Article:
I had a sort of "Watch your language, young man" reaction. When I was his age, I would have thought that “The Apprentice” was Donald Trump’s show, not what’s-his-name. I wouldn’t have known the name of the producer of this or any TV show. Nor would I have known that the producer, far more than anyone on screen, was the true force shaping the program. I wouldn’t have had the faintest idea what the producer did. And if I had known, I wouldn’t have thought of it as “creating a narrative.”



Politics - The Hollywood Version

September 16, 2008
Posted by Jay Livingston
It’s like a really bad Disney movie, “The Hockey Mom.” “Oh, I’m just a hockey mom from Alaska,” and she’s president. She’s facing down Vladimir Putin and using the folksy stuff she learned at the hockey rink. It’s absurd.
Matt Damon knows the movies. He has picked up on a theme that has run through American films for decades: the triumph of innocence over intrigue. Damon is thinking of Disney comedies, but the idea is so deeply embedded in American culture that it underlies darker entertainments as well.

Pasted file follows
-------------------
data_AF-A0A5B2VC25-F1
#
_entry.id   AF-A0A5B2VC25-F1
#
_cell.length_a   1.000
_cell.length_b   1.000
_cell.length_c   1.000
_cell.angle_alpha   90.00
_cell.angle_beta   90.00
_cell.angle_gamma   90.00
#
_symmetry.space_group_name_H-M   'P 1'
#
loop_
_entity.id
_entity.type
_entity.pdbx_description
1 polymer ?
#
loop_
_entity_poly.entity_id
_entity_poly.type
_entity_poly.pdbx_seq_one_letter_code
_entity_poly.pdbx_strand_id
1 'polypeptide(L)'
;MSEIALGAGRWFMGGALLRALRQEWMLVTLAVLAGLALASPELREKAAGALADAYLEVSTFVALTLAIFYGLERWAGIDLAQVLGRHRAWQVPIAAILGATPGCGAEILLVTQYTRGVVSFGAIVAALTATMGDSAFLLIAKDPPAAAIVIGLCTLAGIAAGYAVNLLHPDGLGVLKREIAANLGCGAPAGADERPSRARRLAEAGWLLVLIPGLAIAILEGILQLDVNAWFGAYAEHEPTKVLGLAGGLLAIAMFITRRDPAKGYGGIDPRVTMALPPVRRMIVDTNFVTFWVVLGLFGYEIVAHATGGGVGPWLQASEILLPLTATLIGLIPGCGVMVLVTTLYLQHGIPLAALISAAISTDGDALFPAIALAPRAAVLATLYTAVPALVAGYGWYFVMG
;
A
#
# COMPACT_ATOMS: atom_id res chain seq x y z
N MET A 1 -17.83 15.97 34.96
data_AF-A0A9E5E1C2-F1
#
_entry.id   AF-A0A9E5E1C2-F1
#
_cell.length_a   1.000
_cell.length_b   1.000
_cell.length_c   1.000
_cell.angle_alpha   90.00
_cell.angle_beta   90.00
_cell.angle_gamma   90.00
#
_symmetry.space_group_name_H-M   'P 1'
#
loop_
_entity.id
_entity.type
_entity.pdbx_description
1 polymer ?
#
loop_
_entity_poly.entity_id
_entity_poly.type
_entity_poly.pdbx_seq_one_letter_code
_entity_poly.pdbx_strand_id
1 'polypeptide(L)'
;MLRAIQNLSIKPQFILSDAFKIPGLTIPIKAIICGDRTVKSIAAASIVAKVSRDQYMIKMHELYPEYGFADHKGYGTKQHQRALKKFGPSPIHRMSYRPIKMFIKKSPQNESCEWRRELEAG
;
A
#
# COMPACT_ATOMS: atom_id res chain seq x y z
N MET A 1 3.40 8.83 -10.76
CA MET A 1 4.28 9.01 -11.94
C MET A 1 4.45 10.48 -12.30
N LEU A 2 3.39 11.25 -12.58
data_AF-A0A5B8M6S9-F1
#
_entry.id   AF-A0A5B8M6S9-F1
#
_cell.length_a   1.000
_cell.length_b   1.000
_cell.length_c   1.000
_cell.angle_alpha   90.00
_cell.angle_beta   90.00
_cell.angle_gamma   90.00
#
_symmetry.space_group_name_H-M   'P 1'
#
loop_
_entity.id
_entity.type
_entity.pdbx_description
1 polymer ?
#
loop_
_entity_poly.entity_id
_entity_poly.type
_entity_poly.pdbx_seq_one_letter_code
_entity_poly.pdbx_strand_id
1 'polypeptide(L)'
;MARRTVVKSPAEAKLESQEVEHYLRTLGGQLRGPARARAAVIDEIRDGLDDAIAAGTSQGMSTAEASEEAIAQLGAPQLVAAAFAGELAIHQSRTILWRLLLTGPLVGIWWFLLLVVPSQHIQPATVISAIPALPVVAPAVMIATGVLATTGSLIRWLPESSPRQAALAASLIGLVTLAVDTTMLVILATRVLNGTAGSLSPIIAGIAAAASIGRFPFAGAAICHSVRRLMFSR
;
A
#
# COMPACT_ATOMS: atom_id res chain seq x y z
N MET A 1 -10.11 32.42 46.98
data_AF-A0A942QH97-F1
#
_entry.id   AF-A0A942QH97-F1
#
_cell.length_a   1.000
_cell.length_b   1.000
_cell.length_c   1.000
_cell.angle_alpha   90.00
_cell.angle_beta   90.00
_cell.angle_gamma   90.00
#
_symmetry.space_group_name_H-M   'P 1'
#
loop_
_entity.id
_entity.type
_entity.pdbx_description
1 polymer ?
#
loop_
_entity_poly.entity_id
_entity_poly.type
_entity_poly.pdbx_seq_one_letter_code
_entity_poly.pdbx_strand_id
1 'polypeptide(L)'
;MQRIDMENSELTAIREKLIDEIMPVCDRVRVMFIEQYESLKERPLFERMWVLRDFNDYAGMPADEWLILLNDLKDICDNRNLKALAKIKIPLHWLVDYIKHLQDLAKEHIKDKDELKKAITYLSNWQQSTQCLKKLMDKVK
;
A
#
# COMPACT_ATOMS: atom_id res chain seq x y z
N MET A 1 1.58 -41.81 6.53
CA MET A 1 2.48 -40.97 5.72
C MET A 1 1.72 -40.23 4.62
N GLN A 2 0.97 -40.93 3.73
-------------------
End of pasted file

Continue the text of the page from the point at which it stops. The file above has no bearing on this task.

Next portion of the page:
Typically, the ordinary American – honest, incapable of guile – lands in some nefarious web of intrigue and deceit woven by powerful but evil people. These are often foreigners, but they can also be domestic gangsters or malefactors of great wealth, the kind of people who drink expensive wine or collect modern art. In a word, elitists.

The official authorities, especially if they wear uniforms, are no help. They are either incompetent or in cahoots with the bad guys. In fact, they are usually a hindrance, threatening or even imprisoning the hero. Yet our hero, through good old American straightforwardness and resourcefulness, outwits the baddies, disrupts the their plot, rescues whoever was in danger, and restores the world to order. If there’s a pretty, single girl, he winds up with her too. Innocence beats intrigue every time.*